A DISCUSSION OF LAW AND JOURNALISM

Tag: conscience clause

A Guilty Conscience?

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By Drew Carroll and Halina Schiffman-Shilo

On June 24, the Empire State Building was lit up by the rainbow colors of gay pride in celebration of the passage of the Marriage Equality Act, which legalizes same-sex marriage in New York. Many lauded the bill’s passage. Somewhere in a small town in upstate New York, Rose Marie Belforti, for one, was less thrilled.

For 10 years, Ms. Belforti has served as the town clerk in Ledyard, a small farming community near Syracuse. A farmer, cheese maker, and mother of four, Ms. Belforti is now at the center of a fierce debate over whether religious beliefs can exempt public officials from performing mandated duties. A devout Christian, Ms. Belforti condemns homosexuality.  Though part of her job is to issue marriage licenses, when a gay couple showed up a few weeks after the Marriage Equality Act took effect in July, she refused to issue one. The couple should come back when her deputy was there, she told them, and ask the deputy to issue the license.

Represented by People for the American Way and the New York firm Proskauer Rose, the couple has threatened to sue, maintaining that the new law requires government employees to issue same-sex marriage licenses. Resign or give us a license, is their message to Ms. Belforti. And New York Governor Andrew Cuomo seems to be on their side.  After the Act passed, Governor Cuomo stated, “The law is the law. When you enforce the laws of the state, you don’t get to pick and choose.” In addition, the Department of Health sent a memorandum to every town clerk in New York indicating that refusal to issue marriage licenses to gay couples would be a misdemeanor offense.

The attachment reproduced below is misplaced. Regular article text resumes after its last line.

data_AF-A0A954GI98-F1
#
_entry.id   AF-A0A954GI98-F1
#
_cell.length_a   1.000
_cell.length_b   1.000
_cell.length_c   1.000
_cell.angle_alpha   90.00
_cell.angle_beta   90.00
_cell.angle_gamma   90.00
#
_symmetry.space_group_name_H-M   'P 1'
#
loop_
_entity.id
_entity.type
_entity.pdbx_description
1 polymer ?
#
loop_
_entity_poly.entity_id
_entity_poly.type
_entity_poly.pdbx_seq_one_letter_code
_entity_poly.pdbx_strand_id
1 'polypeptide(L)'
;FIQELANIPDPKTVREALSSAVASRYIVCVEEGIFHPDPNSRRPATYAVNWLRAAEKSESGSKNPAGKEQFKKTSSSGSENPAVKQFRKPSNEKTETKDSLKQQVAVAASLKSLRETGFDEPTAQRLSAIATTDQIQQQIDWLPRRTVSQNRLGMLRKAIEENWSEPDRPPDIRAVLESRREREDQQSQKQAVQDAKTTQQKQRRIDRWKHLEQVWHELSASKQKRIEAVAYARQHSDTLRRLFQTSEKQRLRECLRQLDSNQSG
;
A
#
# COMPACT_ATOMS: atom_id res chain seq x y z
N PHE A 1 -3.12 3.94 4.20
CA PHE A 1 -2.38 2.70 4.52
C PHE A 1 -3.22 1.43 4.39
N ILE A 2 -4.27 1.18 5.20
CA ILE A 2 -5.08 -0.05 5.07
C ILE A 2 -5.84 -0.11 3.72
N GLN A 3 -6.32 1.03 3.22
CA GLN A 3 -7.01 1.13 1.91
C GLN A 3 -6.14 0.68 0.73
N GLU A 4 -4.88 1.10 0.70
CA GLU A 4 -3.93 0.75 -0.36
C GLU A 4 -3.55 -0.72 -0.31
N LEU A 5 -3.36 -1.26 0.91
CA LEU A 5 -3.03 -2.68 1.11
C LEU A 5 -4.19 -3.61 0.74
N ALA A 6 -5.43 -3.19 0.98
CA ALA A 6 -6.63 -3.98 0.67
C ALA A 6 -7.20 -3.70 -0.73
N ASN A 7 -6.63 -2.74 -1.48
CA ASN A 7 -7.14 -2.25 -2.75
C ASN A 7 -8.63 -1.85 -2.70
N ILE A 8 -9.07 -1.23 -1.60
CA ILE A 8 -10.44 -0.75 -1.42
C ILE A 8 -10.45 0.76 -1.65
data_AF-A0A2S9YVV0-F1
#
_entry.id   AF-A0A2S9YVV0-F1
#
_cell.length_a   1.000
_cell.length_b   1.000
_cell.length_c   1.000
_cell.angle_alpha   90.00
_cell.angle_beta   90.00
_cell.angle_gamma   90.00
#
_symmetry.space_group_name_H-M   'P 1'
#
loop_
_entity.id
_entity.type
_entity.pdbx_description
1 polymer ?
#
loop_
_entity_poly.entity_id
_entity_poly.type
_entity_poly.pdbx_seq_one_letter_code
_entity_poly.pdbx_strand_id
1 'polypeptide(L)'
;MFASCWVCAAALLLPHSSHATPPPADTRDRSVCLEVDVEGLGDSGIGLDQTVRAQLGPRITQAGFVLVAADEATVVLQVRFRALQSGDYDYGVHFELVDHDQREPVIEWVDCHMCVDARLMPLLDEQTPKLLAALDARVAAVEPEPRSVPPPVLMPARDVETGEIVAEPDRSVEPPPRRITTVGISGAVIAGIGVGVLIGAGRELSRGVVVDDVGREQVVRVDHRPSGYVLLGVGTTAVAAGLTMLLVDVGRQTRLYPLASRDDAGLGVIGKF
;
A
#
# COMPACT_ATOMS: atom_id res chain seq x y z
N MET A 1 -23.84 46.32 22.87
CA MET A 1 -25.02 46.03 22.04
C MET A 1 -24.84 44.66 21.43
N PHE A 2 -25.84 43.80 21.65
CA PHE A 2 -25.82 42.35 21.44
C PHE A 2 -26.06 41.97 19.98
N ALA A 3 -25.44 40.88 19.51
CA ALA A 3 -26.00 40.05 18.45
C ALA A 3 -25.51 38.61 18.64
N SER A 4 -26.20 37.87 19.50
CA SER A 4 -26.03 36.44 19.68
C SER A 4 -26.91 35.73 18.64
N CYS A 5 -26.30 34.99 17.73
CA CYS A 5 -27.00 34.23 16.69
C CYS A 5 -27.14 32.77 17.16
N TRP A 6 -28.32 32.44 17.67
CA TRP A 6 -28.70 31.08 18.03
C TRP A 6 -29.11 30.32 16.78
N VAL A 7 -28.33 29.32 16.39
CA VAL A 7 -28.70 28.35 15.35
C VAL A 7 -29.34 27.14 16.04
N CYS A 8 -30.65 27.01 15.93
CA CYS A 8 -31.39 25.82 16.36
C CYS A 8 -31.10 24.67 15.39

Ms. Belforti, in turn, has a message for the Governor and the gay couple: “This is about my religious freedom.”

They each have a point.

The First Amendment protects everyone’s right to practice her religion, and Ms. Belforti clearly feels that her right to practice is being compromised. But here’s the problem: Ms. Belforti is an elected public official. Can she refuse to perform her duties if they conflict with a personal belief? The media ask the question but haven’t come to any clear conclusion. As we’ve said, no lawsuits have been filed yet, but LASIS analyzes the chances of Ms. Belforti saving her job if they were.   (more…)

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